If you are using and writing C routines, you can access an abundance of memory tracking information.
If you allocate memory and want to tie into the ACUCOBOL-GT memory debugging facilities, you can use the following functions to allocate, reallocate, and free memory.
void *Amalloc(size_t size, int subsys, const char *file, long line, const char *call_desc); void *Arealloc(void *ptr, size_t newsize, const char *file, long line, const char *call_desc); void Afree(void *ptr, const char *file, long line, const char *call_desc);
size, ptr, and newsize are equivalent to the same parameters passed to malloc(), realloc() and free().
subsys is one of: M_OVERHEAD (0), M_PROGRAMS (1), M_FILES (2), M_WINDOWS (3), M_DYNAMIC (4), M_NOT_TRACKED (5). It can be modified by ORing with the value M_NO_ZERO (0x8000) in order for the memory to not be set to low-values before being returned to the application. This parameter is used only if the memory tracking debugging feature is turned on. The first five values (0 - 4) are what the runtime sends to the debugger to report memory usage when the "U" command is specified.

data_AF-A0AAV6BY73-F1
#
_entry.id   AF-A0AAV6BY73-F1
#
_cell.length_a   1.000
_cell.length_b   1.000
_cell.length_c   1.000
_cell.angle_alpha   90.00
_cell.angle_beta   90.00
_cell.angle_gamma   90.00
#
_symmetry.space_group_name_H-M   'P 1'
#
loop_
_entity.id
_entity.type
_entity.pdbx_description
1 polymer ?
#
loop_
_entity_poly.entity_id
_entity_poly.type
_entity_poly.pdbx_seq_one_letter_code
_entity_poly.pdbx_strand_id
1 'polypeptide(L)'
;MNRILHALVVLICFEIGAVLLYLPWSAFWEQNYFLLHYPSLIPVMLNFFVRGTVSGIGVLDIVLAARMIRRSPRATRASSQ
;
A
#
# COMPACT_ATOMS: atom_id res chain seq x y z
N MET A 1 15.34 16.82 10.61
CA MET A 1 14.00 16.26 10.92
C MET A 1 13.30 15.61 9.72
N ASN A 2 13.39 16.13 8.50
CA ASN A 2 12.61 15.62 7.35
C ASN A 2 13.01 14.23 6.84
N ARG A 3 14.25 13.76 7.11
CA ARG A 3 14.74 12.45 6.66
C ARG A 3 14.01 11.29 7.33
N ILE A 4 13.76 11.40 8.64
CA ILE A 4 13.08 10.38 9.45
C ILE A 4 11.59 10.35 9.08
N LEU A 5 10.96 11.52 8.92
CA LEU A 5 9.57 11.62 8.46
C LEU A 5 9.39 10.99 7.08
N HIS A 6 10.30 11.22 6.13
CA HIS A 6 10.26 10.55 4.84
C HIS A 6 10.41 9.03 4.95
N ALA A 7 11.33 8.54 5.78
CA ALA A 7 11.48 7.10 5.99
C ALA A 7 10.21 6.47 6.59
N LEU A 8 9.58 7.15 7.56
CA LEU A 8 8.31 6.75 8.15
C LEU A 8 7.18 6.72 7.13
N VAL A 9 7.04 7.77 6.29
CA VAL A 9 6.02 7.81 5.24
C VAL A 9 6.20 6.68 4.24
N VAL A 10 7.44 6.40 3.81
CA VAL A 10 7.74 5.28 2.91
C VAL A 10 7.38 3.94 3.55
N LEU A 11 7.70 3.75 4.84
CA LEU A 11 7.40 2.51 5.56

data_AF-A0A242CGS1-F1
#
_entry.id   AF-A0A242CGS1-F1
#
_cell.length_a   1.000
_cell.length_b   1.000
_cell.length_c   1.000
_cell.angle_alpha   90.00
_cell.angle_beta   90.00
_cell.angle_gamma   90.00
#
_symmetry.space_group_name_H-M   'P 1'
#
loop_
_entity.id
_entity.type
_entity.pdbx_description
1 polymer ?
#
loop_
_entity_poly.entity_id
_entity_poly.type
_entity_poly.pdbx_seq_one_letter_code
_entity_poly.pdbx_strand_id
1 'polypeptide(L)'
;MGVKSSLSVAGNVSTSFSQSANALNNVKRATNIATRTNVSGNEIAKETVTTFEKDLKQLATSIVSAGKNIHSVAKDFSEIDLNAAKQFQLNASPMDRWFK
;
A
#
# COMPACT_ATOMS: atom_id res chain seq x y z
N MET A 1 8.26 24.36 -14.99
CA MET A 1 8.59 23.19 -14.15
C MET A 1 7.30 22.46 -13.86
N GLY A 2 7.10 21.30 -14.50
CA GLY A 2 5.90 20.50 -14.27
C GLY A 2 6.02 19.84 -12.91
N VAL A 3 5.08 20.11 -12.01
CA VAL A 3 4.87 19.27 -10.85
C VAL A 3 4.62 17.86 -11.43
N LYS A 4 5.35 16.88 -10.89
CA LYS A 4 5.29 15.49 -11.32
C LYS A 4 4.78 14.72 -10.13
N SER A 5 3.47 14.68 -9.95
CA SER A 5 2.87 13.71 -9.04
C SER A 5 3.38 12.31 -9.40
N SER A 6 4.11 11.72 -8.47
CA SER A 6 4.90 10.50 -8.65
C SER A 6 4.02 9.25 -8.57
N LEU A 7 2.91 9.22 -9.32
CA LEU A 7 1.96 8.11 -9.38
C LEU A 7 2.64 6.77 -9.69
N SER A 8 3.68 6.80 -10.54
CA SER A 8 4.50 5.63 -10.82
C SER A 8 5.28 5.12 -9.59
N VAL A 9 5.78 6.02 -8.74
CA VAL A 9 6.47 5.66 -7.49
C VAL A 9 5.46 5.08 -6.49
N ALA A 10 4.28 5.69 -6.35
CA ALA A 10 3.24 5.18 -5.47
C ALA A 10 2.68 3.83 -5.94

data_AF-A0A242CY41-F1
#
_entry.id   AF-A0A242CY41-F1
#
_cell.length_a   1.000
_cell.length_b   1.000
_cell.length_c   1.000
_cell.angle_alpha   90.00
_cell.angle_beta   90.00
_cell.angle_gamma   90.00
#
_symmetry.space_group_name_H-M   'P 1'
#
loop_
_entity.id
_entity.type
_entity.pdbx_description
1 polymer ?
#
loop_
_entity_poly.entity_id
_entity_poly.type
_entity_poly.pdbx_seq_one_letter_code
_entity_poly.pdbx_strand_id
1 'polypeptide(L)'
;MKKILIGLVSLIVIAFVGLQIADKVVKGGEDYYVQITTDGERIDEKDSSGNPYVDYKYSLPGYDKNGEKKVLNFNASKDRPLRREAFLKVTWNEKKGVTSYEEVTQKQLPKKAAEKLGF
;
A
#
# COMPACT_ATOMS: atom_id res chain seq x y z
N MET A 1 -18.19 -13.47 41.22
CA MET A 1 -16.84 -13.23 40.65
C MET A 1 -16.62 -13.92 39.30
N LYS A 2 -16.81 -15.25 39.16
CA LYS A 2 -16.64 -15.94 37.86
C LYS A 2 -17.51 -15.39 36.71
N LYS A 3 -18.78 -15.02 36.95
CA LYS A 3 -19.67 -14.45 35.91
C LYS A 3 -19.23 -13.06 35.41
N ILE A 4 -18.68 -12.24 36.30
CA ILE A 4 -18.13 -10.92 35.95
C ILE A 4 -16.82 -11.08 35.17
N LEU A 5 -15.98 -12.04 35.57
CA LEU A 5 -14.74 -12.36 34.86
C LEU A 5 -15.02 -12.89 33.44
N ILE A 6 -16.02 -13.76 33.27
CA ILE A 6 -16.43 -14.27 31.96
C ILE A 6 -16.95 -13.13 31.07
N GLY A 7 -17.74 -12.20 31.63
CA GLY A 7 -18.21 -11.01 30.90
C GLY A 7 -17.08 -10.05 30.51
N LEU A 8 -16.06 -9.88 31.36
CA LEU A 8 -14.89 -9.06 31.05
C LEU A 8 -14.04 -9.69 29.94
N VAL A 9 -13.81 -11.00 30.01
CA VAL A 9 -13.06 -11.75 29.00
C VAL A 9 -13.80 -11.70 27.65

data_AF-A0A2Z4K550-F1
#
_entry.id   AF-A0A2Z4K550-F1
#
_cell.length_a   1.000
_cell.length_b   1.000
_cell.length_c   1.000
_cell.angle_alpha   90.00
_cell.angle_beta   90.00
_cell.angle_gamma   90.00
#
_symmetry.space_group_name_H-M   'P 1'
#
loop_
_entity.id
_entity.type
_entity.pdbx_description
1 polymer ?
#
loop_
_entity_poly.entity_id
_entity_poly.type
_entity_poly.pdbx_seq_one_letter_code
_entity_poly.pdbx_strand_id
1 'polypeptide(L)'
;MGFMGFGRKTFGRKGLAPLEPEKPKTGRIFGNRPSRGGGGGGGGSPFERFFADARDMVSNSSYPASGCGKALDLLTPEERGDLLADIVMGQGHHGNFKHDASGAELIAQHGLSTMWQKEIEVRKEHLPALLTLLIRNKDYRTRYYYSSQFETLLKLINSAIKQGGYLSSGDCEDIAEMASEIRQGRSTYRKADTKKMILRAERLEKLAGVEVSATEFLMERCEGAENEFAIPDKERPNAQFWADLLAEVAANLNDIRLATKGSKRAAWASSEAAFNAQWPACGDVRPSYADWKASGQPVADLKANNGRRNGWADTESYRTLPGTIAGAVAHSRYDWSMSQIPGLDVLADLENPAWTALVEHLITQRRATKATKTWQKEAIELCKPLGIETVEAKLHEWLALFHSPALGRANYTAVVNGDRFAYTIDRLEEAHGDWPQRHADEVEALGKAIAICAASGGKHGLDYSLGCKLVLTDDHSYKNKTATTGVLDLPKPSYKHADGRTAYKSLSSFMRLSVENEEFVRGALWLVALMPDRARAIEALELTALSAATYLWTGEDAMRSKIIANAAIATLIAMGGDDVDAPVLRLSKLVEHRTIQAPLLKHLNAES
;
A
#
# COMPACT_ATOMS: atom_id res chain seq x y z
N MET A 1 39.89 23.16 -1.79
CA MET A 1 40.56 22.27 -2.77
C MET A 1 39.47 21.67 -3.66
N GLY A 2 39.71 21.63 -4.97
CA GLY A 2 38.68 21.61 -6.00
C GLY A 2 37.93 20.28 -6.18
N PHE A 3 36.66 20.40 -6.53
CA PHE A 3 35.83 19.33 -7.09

file and line are the filename and line number of the operation, and are best set by the standard C macros __FILE__ and __LINE__. These values are used only if the memory description debugging feature is turned on.
description is a text description of the memory and is printed in the memory description report.
call_desc is a text description of the call. If null, it defaults to M_alloc(size) for Amalloc, M_realloc(ptr, newsize) for Arealloc, and M_free(ptr) for Afree. This text is printed in the memory description report.
Note that you are not required to use these functions to allocate and free memory used by your C routines. However, it is essential that memory allocated by Amalloc() or Arealloc() not be freed by the system free() function. It must be freed with Afree(). Similarly, memory allocated by malloc(), calloc(), or realloc() must be freed with the system free() function, and not the ACUCOBOL-GT Afree() function. Disregarding these rules will almost certainly result in a memory access violation.